The R function capture.output() can be used to “collect” the output of functions such as cat() and print() to strings. For example,

> s <- capture.output({
+     cat("Hello\nworld!\n")
+     print(pi)
+ })
> s
[1] "Hello"        "world!"       "[1] 3.141593"


More precisely, it captures all output sent to the standard output and returns a character vector where each element correspond to a line of output. By the way, it does not capture the output sent to the standard error, e.g. cat("Hello\nworld!\n", file = stderr()) and message("Hello\nworld!\n").

However, as currently implemented (R 3.1.0), this function is very slow in capturing a large number of lines. Its processing time is approximately quadratic (= $O(n^2)$), exponential (= O(e^n)) in the number of lines capture, e.g. on my notebook 10,000 lines take 0.7 seconds to capture, whereas 50,000 take 12 seconds, and 100,000 take 42 seconds. The culprit is textConnection() which capture.output() utilizes. Without going in to the details, it turns out that textConnection() copies lines one by one internally, which is extremely inefficient.

The captureOutput() function of R.utils does not have this problem. Its processing time is linear in the number of lines and characters, because it relies on rawConnection() instead of textConnection(). For instance, 100,000 lines take 0.2 seconds and 1,000,000 lines take 2.5 seconds to captures when the lines are 100 characters long. For 100,000 lines with 1,000 characters it takes 2.4 seconds.

## Benchmarking

The above benchmark results were obtained as following. We first create a function that generates a string with a large number of lines:

> lineBuffer <- function(n, len) {
+     line <- paste(c(rep(letters, length.out = len), "\n"), collapse = "")
+     line <- charToRaw(line)
+     lines <- rep(line, times = n)
+     rawToChar(lines, multiple = FALSE)
+ }


For example,

> cat(lineBuffer(n = 2, len = 10))
abcdefghij
abcdefghij


For very long character vectors paste() becomes very slow, which is why rawToChar() is used above.

Next, lets create a function that measures the processing time for a capture function to capture the output of a given number of lines:

> benchmark <- function(fcn, n, len) {
+     x <- lineBuffer(n, len)
+     system.time({
+         fcn(cat(x))
+     }, gcFirst = TRUE)[[3]]
+ }


Note that the measured processing time neither includes the creation of the line buffer string nor the garbage collection.

The functions to be benchmarked are:

> fcns <- list(capture.output = capture.output, captureOutput = captureOutput)


and we choose to benchmark for outputs with a variety number of lines:

> ns <- c(1, 10, 100, 1000, 10000, 25000, 50000, 75000, 1e+05)


Finally, lets benchmark all of the above with lines of length 100 and 1,000 characters:

> benchmarkAll <- function(ns, len) {
+     stats <- lapply(ns, FUN = function(n) {
+         message(sprintf("n=%d", n))
+         t <- sapply(fcns, FUN = benchmark, n = n, len = len)
+         data.frame(name = names(t), n = n, time = unname(t))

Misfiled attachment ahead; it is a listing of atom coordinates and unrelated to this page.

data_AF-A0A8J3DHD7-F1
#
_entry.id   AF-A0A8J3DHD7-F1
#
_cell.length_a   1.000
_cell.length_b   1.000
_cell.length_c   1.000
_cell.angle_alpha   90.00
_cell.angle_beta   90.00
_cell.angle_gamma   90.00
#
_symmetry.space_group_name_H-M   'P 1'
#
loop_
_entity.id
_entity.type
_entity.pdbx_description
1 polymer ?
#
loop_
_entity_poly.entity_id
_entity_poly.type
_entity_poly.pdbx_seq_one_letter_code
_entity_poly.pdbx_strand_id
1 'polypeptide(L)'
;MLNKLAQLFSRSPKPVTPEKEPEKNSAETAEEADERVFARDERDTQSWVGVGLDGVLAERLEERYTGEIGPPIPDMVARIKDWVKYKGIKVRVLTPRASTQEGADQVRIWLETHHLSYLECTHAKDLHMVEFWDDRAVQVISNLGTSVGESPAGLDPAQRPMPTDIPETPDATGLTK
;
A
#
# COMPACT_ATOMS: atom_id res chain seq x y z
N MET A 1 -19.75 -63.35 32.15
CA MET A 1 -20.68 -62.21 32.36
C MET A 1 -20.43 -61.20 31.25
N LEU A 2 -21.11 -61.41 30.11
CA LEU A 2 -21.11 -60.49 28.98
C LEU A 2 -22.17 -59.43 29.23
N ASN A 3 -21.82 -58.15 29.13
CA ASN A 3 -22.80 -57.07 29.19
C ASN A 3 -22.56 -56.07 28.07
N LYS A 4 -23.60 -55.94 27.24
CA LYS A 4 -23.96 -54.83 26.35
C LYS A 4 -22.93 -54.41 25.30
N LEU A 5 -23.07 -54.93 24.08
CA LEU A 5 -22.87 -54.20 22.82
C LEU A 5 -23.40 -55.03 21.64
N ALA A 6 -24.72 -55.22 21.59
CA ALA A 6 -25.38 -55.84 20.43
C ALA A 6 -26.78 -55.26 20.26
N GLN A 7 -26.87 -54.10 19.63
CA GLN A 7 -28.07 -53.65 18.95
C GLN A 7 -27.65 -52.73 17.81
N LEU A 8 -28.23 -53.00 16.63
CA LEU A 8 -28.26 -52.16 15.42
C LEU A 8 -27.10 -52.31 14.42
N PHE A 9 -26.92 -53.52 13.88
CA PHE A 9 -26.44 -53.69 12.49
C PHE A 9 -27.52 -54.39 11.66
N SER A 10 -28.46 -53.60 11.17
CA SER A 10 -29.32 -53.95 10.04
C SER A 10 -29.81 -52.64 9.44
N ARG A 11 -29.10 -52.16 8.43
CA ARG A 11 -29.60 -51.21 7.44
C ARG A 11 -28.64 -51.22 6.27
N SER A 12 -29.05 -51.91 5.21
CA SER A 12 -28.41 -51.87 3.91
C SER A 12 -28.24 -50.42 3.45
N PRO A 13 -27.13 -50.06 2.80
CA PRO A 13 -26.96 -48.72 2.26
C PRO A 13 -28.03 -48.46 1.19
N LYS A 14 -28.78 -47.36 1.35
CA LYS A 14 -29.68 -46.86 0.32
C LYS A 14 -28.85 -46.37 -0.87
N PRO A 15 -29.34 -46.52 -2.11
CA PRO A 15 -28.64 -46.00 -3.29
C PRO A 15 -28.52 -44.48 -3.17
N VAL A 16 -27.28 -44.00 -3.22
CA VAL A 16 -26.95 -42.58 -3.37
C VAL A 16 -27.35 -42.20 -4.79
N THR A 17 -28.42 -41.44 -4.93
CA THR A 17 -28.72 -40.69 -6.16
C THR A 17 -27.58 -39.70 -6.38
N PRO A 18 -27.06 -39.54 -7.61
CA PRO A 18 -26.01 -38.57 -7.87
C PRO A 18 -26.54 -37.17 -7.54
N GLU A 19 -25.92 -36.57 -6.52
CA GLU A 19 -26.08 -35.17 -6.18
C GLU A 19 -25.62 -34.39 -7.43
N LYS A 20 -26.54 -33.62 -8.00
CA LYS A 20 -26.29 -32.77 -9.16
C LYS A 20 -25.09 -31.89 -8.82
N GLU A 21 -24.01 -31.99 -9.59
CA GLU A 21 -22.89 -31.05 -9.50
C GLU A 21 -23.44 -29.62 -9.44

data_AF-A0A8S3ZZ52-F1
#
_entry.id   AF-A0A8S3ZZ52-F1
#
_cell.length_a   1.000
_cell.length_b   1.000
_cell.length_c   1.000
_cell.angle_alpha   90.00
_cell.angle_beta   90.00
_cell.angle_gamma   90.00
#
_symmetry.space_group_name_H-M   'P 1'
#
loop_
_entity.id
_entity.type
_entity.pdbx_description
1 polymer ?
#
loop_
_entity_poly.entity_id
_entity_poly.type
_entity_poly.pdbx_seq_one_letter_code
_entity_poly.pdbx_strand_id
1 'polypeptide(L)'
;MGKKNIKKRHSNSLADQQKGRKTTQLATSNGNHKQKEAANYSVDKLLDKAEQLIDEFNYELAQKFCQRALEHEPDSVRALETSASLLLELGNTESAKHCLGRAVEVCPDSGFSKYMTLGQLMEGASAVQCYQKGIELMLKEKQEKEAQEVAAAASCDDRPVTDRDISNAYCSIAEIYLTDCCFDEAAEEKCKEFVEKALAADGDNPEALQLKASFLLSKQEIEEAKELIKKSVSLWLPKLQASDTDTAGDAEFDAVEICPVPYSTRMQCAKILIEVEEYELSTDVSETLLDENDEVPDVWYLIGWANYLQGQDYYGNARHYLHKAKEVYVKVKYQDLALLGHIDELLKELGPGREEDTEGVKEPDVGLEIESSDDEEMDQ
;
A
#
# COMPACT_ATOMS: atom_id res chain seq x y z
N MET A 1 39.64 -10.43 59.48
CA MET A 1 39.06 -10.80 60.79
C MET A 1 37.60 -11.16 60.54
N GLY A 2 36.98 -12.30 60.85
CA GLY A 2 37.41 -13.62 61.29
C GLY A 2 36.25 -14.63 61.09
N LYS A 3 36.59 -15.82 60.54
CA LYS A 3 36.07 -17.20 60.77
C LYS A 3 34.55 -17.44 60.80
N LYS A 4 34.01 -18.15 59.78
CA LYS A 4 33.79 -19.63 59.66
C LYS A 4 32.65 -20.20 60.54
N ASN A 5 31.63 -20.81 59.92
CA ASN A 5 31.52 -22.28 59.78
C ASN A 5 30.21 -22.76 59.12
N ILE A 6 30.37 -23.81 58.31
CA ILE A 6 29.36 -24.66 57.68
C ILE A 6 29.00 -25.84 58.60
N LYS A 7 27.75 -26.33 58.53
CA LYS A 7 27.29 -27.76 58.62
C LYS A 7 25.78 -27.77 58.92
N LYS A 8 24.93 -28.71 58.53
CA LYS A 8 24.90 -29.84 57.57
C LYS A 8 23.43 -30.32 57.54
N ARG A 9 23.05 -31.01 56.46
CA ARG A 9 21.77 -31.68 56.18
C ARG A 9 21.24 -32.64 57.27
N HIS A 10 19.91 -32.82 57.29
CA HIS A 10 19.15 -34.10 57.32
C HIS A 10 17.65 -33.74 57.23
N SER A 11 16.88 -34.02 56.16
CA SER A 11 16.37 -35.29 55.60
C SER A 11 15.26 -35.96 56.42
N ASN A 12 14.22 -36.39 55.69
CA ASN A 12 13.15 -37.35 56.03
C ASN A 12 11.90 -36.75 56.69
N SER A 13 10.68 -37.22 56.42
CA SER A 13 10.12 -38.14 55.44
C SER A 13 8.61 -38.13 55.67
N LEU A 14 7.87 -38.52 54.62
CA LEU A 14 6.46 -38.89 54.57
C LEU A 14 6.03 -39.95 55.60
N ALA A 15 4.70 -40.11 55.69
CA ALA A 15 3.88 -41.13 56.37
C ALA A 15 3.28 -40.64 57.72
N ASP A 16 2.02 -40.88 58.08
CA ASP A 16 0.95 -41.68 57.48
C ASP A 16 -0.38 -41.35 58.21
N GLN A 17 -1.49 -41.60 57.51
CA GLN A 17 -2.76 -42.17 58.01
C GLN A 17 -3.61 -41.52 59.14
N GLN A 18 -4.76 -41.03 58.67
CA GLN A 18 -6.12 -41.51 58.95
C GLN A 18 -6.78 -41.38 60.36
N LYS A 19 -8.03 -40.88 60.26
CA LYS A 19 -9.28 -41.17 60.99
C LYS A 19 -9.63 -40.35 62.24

+     })
+     Reduce(rbind, stats)
+ }
> stats_100 <- benchmarkAll(ns, len = 100L)
> stats_1000 <- benchmarkAll(ns, len = 1000L)


The results are:

n capture.output(100) captureOutput(100) capture.output(1000) captureOutput(1000)
1 0.00 0.00 0.00 0.00
10 0.00 0.00 0.00 0.00
100 0.00 0.00 0.01 0.00
1000 0.00 0.02 0.02 0.01
10000 0.69 0.02 0.80 0.21
25000 3.18 0.05 2.99 0.57
50000 11.88 0.15 10.33 1.17
75000 25.01 0.19 25.43 1.80
100000 41.73 0.24 46.34 2.41

Table: Benchmarking of captureOutput() and capture.output() for n lines of length 100 and 1,000 characters. All times are in seconds.

Figure: captureOutput() captures standard output much faster than capture.output(). The processing time for the latter grows exponentially in the number of lines captured whereas for the former it only grows linearly.

These results will vary a little bit from run to run, particularly since we only benchmark once per setting. This also explains why for some settings the processing time for lines with 1,000 characters appears faster than the corresponding setting with 100 characters. Averaging over multiple runs would remove this artifact.

UPDATE:
2015-02-06: Thanks to Kevin Van Horn for pointing out that the growth of the capture.output() is probably not as extreme as exponential and suggests quadratic growth.

## Appendix

### Session information

R version 3.1.0 Patched (2014-05-21 r65711)
Platform: x86_64-w64-mingw32/x64 (64-bit)

locale:
[1] LC_COLLATE=English_United States.1252
[2] LC_CTYPE=English_United States.1252
[3] LC_MONETARY=English_United States.1252
[4] LC_NUMERIC=C
[5] LC_TIME=English_United States.1252

attached base packages:
[1] stats     graphics  grDevices utils     datasets  methods   base

other attached packages:
[1] markdown_0.7      plyr_1.8.1        R.cache_0.9.5     knitr_1.5.26
[5] ggplot2_1.0.0     R.devices_2.9.2   R.utils_1.32.5    R.oo_1.18.2
[9] R.methodsS3_1.6.2

loaded via a namespace (and not attached):
[1] base64enc_0.1-1  colorspace_1.2-4 digest_0.6.4     evaluate_0.5.5
[5] formatR_0.10     grid_3.1.0       gtable_0.1.2     labeling_0.2
[9] MASS_7.3-33      mime_0.1.1       munsell_0.4.2    proto_0.3-10
[13] R.rsp_0.18.2     Rcpp_0.11.1      reshape2_1.4     scales_0.2.4
[17] stringr_0.6.2    tools_3.1.0


Tables were generated using plyr and knitr, and graphics using ggplot2.

### Reproducibility

This report was generated from an RSP-embedded Markdown document using R.rsp v0.18.2.